Examining the role of the anterior and posterior orbitofrontal cortex in emotional regulation in the common marmoset (Callithrix jacchus)

Change log

The dysfunction and structural abnormalities of the orbitofrontal cortex have been reported in a number of affective disorders, including depression and several anxiety disorders. However, research has largely centred around reward-guided decision-making and economic choice, as opposed to how it may influence the expression and regulation of positive and negative emotion. Moreover, most studies fail to recognise the precise anatomical sub-divisions of the primate orbitofrontal cortex, in particular the anterior (area 11, antOFC) and posterior (area 13, pOFC) sub-divisions of the central orbitofrontal cortex. Evidence from cytoarchitecture, connectivity and function supports the idea that the two sub-regions may have distinct functional contributions. Overall, the purpose of the research in this thesis was to explore the possible contributions of the anterior and posterior orbitofrontal cortex to emotional regulation in the common marmoset (Callithrix jacchus). Past research in the lab has shown that excitotoxic lesions of the anterior orbitofrontal cortex heighten anxiety-like behaviour on the human intruder test, a paradigm testing the responses to a distal threat. The first experimental chapter confirmed that this effect is also present with an acute temporary inactivation of the antOFC. Inactivation of the pOFC produced a trend towards a similar anxiogenic-like effect. To elaborate on these findings, the effects of separate antOFC and pOFC inactivation on discriminative conditioned responses to an aversive stimulus were also examined, as a means of studying responses to a more proximal and imminent threat. While inactivation of the pOFC did not produce any effects, inactivations of the antOFC surprisingly reduced conditioned behavioural responses to proximal threat. These findings from threat conditioning were also for the first time directly compared to a corresponding task of discriminative conditioning to reward, revealing considerable similarities: pOFC inactivation produced no effects and antOFC inactivation caused mild blunting of conditioned responses to reward. Finally, the thesis also presents work on the development of a novel touchscreen task designed to study the relative contributions of positive and negative feedback to learning in the marmoset. The final chapter includes the preliminary data, showing the effects of inactivation as well as the blockade of serotonin reuptake, and discusses the future prospects of the task. Together, the research presented here supports past data indicating that the central OFC, and in particular the antOFC, may have an important function in regulating responses to a distal threat. However, neither the antOFC nor the pOFC appear to play a role in downregulating responses to more proximal threats. The studies examining conditioning to reward and threat also importantly highlight that the separate inactivations of the antOFC and pOFC can produce distinct results, and should be treated as functionally distinct units. The data presented here offers a basis for future research elaborating on the nuances of antOFC and pOFC contributions to emotional regulation.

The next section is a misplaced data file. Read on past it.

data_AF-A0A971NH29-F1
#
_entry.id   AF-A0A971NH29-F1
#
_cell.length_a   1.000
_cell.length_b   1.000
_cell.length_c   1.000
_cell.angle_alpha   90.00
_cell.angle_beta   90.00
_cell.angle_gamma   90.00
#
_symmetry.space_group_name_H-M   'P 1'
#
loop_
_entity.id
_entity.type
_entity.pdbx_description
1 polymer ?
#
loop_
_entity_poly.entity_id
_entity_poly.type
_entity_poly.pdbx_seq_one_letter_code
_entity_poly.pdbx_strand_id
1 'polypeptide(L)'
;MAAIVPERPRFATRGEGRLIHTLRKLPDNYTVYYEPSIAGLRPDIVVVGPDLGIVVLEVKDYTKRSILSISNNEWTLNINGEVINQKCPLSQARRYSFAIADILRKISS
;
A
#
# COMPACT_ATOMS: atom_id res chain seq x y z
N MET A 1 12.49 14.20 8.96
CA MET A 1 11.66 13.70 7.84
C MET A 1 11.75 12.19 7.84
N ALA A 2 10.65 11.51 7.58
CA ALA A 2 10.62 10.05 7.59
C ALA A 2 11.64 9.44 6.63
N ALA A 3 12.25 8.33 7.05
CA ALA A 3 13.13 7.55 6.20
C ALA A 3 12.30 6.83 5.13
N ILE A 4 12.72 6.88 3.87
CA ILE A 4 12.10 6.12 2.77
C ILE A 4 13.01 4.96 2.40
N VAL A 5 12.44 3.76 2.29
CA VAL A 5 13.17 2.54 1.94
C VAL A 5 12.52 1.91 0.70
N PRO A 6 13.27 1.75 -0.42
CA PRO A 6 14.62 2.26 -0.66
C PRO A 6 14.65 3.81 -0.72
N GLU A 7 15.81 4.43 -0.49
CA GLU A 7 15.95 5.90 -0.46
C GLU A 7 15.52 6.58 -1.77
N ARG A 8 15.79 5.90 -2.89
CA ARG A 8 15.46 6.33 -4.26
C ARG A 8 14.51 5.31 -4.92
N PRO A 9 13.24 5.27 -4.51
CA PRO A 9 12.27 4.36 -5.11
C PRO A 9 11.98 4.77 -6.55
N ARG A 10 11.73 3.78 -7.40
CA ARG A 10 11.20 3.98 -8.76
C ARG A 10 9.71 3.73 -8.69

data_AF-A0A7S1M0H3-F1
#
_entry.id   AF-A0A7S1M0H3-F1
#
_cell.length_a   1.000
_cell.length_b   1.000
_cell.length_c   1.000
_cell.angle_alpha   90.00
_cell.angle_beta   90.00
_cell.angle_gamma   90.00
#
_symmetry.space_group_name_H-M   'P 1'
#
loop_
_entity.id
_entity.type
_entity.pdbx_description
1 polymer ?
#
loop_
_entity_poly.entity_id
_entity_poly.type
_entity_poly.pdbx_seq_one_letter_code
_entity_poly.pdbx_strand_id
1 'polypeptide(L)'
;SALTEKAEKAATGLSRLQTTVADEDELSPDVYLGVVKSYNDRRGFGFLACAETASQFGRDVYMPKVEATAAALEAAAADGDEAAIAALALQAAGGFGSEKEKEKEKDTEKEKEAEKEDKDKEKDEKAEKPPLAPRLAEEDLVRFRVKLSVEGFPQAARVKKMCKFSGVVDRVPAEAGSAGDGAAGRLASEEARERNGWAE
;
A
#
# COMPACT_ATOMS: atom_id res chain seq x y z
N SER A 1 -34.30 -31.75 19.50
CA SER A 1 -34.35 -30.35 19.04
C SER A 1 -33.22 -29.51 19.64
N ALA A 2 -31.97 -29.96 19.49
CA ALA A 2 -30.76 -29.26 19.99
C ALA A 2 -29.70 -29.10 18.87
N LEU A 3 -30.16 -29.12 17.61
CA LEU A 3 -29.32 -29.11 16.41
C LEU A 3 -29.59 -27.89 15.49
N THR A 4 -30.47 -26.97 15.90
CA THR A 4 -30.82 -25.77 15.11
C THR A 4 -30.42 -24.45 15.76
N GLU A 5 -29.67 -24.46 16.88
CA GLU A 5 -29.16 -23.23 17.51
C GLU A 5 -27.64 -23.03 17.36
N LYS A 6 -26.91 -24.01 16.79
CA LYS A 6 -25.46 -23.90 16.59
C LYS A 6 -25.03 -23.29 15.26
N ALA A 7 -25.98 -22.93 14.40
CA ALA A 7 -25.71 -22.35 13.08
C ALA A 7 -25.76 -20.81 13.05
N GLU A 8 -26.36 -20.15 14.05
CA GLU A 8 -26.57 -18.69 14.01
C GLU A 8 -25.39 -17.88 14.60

Roberts, Angela
orbitofrontal, threat, reward, Pavlovian, marmoset, imminence, anxiety
Doctor of Philosophy (PhD)
Awarding Institution
University of Cambridge
Medical Research Council (1803314)
MRC DTP funding (Grant Number N013433-1) Pinsent Darwin Award Sackler Fund for Medical Sciences Supported by Prof. Roberts' MRC Grant (Grant Number MR/M023990/1)